In a moment of branding suicide, the illustrious
Sorbonne -- a name now 747 years strong -- was broken up into
separate universities sadly called Paris 1, Paris 3,
Paris 4, Paris 5, and so on. Descartes' spirit must have
left the room when it was decided that Paris 2 would not
be part of this series??.
France is not the only country to go through such excess
of governmental bureaucratic interventions; both Britain
and Italy, for instance, also gave numbers and acronyms
to state-owned companies. Still, the universities of
Cambridge and Bologna somehow have managed to avoid such
The so-called revolution of 1968,
where university students took to the streets of Paris,
led two years later to a circumvallated reform. If
philosopher Raymond Aron concluded that the reform was
necessary, failure then must be found in its execution:
The five departments of the former University of Paris
"were split and then re-formed into thirteen
interdisciplinary universities. Four of these new
universities now share the premises of the Sorbonne[...].
Three universities as true 'heirs' to the original have
kept the Sorbonne name as part of their official title:
Paris-Sorbonne (Paris IV), the New Sorbonne (Sorbonne
Nouvelle, Paris III), and the Panth??on-Sorbonne (Paris
I). The Sorbonne premises also house part of the Ren??
Descartes University (Paris V) [...]." In short, the
Sorbonne was publicly guillotin??e.
A visit to the portal of Sorbonne confirms that the noble
institution still lacks brand management to steward its
image. This site spreads itself too thin and is
everything to everybody. It ignores the most elementary
principals of branding and usability, and the hierarchy
of information is thoroughly absurd. Among the four
Sorbonne universities listed, we chose to pursue the
Universit?? Paris IV Sorbonne for review.
Although the website design of Paris IV Sorbonne seems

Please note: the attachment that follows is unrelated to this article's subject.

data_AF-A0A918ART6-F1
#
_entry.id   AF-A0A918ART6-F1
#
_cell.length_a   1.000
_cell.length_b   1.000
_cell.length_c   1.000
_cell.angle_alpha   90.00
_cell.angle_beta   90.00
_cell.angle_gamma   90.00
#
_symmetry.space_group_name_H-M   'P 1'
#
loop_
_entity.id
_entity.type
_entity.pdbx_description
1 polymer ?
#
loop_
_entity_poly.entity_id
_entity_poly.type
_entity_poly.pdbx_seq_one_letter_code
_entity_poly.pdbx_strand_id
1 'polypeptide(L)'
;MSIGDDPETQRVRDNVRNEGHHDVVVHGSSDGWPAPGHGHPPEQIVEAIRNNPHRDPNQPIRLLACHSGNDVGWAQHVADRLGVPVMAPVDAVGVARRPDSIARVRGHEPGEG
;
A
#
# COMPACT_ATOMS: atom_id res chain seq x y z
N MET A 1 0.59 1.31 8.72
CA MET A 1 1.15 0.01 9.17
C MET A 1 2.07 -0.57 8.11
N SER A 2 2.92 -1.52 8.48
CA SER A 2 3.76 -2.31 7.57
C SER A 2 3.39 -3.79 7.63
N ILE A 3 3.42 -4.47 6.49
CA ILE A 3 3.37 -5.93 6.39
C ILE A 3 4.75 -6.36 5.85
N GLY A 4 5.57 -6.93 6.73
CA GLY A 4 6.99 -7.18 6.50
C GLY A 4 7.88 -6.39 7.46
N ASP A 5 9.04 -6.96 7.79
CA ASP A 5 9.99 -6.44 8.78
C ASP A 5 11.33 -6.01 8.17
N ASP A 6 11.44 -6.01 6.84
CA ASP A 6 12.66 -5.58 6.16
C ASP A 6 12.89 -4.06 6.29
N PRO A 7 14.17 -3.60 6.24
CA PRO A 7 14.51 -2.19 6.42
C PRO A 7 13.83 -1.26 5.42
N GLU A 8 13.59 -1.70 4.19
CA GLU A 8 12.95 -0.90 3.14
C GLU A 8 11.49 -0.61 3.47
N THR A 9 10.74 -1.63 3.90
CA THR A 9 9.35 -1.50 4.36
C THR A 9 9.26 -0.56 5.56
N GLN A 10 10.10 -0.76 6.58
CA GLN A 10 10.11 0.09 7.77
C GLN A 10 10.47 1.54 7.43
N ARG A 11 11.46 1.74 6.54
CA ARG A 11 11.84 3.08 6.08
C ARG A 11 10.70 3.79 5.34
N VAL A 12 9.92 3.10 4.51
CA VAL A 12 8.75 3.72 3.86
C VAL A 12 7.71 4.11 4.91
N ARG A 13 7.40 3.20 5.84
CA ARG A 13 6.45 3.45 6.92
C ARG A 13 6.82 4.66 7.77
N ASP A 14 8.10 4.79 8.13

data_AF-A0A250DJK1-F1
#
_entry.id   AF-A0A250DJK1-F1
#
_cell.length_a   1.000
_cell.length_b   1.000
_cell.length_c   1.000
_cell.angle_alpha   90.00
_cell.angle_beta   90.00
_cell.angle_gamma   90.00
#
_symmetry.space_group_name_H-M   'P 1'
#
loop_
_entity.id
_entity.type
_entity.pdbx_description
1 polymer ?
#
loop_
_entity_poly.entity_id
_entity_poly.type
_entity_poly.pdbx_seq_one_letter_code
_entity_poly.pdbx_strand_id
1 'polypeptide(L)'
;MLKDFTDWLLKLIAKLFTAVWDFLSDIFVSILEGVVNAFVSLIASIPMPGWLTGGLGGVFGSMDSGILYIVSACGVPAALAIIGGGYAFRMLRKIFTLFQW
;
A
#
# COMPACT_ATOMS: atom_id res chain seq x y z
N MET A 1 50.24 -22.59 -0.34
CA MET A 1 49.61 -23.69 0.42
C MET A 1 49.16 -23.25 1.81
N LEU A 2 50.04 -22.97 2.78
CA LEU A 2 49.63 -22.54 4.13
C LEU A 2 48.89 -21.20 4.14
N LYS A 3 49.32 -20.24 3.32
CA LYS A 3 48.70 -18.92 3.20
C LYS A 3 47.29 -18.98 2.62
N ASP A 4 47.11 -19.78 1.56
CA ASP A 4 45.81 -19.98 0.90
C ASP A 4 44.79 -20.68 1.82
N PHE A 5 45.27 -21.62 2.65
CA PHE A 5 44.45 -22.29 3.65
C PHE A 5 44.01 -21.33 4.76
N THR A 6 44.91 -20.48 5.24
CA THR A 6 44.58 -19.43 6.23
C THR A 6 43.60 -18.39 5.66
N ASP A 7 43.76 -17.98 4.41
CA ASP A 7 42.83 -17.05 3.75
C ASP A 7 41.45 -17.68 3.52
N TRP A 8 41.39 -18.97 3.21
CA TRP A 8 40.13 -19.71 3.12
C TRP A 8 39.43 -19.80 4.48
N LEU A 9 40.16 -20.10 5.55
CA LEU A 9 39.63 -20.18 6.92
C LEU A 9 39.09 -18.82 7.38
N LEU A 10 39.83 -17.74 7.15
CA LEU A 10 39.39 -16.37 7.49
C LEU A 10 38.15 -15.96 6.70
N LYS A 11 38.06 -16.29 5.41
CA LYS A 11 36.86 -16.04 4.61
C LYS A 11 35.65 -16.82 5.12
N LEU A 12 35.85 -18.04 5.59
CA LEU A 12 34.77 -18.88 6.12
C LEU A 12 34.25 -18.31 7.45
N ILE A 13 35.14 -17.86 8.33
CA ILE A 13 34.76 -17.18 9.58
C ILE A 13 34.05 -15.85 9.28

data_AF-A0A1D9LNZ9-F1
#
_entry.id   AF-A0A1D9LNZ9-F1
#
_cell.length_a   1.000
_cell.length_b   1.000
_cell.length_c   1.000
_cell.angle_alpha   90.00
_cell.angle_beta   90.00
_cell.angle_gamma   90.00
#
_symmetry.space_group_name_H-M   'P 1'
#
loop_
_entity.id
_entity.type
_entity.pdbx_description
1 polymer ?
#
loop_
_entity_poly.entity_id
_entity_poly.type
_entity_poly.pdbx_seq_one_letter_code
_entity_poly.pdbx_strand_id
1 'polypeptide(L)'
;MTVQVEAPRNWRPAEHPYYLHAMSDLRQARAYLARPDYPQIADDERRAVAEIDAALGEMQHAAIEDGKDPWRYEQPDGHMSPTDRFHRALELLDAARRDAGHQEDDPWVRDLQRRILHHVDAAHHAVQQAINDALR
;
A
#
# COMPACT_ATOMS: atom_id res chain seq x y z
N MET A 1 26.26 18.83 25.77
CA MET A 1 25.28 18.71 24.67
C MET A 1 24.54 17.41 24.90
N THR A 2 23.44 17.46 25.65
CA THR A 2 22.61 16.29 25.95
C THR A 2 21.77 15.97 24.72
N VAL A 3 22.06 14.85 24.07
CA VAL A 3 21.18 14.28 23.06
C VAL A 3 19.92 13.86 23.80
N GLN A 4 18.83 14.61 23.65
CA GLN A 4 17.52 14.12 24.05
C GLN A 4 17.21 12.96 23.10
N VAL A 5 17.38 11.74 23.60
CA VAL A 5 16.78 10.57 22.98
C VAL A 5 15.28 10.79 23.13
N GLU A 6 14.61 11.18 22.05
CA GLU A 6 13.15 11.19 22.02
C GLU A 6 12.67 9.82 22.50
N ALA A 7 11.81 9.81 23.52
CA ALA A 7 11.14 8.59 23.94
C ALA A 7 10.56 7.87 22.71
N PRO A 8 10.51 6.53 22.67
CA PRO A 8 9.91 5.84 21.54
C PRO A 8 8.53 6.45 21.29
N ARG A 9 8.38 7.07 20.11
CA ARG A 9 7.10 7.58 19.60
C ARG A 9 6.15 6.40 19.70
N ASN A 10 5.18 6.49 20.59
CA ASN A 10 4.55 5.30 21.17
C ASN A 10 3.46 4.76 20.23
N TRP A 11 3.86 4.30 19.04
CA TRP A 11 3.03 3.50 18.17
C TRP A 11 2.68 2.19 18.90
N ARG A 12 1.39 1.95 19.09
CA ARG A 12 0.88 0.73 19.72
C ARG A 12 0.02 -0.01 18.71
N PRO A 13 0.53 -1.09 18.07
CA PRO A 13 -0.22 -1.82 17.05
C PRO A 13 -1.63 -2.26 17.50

appealing -- it nicely blends modernity with tradition -- the
usability is again a weakness. At the very least, the
most important selections -- University, Studies, Research,
and Student Life -- are positioned front and center. The
visitor however is presented with an array of uncaptioned
pictures, which are so small, they should be called
pinky-nail rather than thumbnail. Equally small and
randomly placed is a slide show floating near the top of
the screen that acts as a navigation menu, but instead
proves to be thoroughly impractical.
Another menu covers the International, Documentation,
Cultural Life, and News selections, with a two-inch
scrolling bar below that reads Rentr??e 2005. Why this is
scrolling is unclear to us.
Adding to the confusion, the button "Enterprise Area"
stands on its own, in the middle of the page; Majors &
Degrees is positioned vertically (that is, at a 90 degree
angle). All these are cute ideas, but they just don't
Clicking on the first main button probably reveals the
malaise that challenges the university as a whole. At the
top comes a word from the President, followed by a
directory of Vice-Presidents and Faculty Representatives,
then the Bylaws of the University, the Org Chart, and
Statistics. In sum, it puts the customer too much at the
bottom and the boss too much at the top.
We would like to consider all the mitigating reasons to
soften our negative conclusions. French universities
largely depend on state subsidies and are notoriously
under-funded. Considering the global competition, in
academia and otherwise, it is perhaps a miracle that
French universities still compete as well as they do. A
long tradition of devotion to intellectual development,
of both faculty and staff, is certainly a major driver
explaining the performance of French universities.
However, the branding and customer-focus issues discussed
in this review are not a matter of money. They are
largely a matter of strategic vision, management
attitude, and organizational processes.
With all due respect, this must be one of the most
mismanaged websites that we have reviewed. Can it be
turned around? Here lies the irony: Not without serious